Even a tennis purist would certainly acknowledge that Saturday's Davis Cup action at Taco Bell Arena was superb—the best Boise has ever seen.
In the lone matched played Saturday, the fifth set was the longest fifth set in U.S. Davis Cup doubles history, and the second longest fifth set in the history of U.S. Davis Cup singles or doubles. The 4-hour, 23-minute match was the second longest—by one minute—U.S. Davis Cup doubles match in history.
But it still stung to watch the United States go down in five sets, with Serbia taking a 2-1 lead in the best-of-five tournament.
"This was my best performance in Davis Cup so far," said Serbia's Ilija Bozoljac, who teamed with Nenad Zimonjic to best the world's No. 1 doubles team, USA's Bob and Mike Bryan.
"For sure, it's the biggest win in the Davis Cup for me in the doubles," echoed Zimonjic. "I definitely think this was the point that we were looking for."
The Bryans were heavy favorites to take the all-important point, but they lost the first two sets, and in a five set, 4-hour-plus marathon, they fell to the Serbians, who pushed out 36 aces.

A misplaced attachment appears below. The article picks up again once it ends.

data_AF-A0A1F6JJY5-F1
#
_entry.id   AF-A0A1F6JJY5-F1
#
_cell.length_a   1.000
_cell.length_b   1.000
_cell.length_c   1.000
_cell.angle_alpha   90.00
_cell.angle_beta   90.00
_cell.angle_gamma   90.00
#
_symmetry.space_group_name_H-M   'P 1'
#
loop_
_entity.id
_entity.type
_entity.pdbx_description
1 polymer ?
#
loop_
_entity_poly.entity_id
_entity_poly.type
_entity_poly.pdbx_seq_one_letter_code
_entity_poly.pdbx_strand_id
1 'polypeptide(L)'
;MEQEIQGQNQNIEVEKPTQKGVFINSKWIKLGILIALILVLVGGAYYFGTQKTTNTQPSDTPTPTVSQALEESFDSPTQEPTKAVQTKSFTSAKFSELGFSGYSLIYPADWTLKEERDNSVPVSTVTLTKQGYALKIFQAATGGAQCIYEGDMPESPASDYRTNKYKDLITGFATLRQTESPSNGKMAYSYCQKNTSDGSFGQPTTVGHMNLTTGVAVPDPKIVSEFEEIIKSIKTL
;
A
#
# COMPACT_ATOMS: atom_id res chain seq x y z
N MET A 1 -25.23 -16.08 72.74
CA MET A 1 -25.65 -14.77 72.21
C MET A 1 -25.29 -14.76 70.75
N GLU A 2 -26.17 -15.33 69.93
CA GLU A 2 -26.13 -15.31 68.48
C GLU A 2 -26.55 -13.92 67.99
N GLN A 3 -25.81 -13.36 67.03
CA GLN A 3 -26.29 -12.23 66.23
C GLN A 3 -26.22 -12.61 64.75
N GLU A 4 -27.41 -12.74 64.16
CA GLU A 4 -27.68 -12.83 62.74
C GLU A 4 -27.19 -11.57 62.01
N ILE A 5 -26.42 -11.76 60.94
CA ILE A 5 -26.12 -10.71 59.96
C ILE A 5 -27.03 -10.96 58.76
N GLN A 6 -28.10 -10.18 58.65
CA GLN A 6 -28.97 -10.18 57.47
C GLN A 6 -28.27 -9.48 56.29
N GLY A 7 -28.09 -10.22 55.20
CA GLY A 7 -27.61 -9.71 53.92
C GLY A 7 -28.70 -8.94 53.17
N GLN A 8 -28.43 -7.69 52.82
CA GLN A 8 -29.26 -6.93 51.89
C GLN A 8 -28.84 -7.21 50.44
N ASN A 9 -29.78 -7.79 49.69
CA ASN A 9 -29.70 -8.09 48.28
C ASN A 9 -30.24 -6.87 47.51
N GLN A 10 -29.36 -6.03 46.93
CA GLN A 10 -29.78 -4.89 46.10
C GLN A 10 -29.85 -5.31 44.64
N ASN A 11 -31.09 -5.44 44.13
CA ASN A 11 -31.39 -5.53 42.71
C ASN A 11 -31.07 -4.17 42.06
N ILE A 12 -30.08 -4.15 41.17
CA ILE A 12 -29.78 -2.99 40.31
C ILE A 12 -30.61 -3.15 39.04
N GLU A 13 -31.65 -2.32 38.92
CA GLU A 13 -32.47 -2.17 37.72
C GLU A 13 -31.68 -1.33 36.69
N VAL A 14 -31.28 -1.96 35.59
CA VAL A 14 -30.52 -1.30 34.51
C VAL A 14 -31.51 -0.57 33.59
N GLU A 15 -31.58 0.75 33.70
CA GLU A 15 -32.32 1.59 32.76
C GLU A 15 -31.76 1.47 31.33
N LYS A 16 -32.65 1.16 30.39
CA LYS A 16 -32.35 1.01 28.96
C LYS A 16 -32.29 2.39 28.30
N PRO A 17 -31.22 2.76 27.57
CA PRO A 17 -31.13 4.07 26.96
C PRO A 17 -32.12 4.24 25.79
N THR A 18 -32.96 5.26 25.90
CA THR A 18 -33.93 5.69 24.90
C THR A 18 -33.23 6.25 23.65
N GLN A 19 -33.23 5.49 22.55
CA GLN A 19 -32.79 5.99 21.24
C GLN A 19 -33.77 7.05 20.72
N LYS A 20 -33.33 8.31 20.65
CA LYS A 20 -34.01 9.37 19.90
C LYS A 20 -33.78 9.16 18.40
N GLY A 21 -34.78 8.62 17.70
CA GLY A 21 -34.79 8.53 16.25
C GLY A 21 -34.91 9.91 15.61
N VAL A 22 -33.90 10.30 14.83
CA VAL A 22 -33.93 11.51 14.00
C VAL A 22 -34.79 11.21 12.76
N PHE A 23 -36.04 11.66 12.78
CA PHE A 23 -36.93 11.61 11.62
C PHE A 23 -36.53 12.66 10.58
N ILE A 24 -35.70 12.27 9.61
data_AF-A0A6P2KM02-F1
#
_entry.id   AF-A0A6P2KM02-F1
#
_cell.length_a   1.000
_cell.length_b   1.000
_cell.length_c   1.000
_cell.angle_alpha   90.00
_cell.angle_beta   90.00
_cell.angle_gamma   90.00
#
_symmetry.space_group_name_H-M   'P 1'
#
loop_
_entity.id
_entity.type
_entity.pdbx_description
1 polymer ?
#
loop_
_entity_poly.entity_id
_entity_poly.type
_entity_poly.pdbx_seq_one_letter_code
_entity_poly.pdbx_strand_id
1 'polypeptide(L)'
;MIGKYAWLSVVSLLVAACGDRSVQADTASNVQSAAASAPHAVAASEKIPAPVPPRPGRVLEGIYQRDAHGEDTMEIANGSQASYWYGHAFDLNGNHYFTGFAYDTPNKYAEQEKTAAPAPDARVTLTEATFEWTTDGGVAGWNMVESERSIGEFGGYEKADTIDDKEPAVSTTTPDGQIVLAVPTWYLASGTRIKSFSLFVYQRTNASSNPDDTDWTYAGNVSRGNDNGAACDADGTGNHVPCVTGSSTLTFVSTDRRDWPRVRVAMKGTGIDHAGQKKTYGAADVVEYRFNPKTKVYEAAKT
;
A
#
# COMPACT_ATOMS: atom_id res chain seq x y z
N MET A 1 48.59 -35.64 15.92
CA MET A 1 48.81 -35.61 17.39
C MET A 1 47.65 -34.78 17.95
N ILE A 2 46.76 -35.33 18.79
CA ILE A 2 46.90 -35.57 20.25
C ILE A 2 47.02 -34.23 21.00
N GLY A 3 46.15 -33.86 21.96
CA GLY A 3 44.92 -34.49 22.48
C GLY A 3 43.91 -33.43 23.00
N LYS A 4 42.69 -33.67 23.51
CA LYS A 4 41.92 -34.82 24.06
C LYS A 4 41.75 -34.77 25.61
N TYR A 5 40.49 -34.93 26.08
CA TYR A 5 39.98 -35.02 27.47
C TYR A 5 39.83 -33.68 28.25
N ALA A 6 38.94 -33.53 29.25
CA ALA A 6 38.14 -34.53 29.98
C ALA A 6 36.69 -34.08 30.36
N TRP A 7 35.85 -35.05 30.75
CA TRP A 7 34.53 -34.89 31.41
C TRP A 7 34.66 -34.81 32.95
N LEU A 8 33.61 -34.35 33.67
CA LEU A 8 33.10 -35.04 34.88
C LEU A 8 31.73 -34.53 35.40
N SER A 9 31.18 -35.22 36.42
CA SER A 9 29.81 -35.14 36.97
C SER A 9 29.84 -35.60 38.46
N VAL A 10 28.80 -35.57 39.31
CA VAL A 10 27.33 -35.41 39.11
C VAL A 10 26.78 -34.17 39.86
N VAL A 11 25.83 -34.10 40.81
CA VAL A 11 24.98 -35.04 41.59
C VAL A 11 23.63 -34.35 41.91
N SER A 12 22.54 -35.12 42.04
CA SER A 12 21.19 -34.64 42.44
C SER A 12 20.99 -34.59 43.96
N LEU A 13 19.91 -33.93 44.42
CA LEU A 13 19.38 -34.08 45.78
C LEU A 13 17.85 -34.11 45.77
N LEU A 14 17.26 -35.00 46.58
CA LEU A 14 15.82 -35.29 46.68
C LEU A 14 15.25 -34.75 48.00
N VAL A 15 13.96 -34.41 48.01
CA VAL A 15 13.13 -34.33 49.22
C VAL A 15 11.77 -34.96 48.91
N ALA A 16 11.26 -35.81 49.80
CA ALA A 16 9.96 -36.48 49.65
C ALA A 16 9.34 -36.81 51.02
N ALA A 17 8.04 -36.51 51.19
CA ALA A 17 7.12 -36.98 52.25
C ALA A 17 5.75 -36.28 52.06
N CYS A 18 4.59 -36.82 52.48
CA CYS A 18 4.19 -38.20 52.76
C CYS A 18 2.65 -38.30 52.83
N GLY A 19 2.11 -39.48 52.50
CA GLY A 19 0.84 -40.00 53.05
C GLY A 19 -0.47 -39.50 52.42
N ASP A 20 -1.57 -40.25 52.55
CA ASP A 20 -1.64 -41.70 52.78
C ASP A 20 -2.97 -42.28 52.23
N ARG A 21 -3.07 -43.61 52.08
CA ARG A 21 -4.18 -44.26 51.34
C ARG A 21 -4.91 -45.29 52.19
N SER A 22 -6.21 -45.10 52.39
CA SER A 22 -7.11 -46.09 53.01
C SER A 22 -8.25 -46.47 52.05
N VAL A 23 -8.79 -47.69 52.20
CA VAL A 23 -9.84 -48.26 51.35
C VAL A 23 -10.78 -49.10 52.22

"I thought we prepared well," said Bob Bryan. "We played seven days on this court in the altitude. There are no excuses. We just came up against a serving machine. Thirty-six aces. It's tough to face."
Saturday was the first time that the Bryans lost the first two sets in Davis Cup competition in 24 matches.
Nearly 8,000 fans spent the better part of the match on their feet cheering the Bryans.
"I want to thank the crowd," said Bob Bryan. "They brought the energy all day long. That's as vocal as we've seen a Davis Cup crowd in a long time. They were cheering on every point."
Sunday's action will see two singles matches: Sam Querrey versus world No. 1 Novak Djokovic (at noon) and John Isner versus Viktor Troicki immediately following the first match.
The Serbians only need to clinch one of the remaining two matches to advance to the semifinals. The Americans will have to take both.
"Nothing changes," said USA Captain Jim Courier. "We know where we stand and what we have to do. The mission doesn't change: go out there and put 'W's' on the board."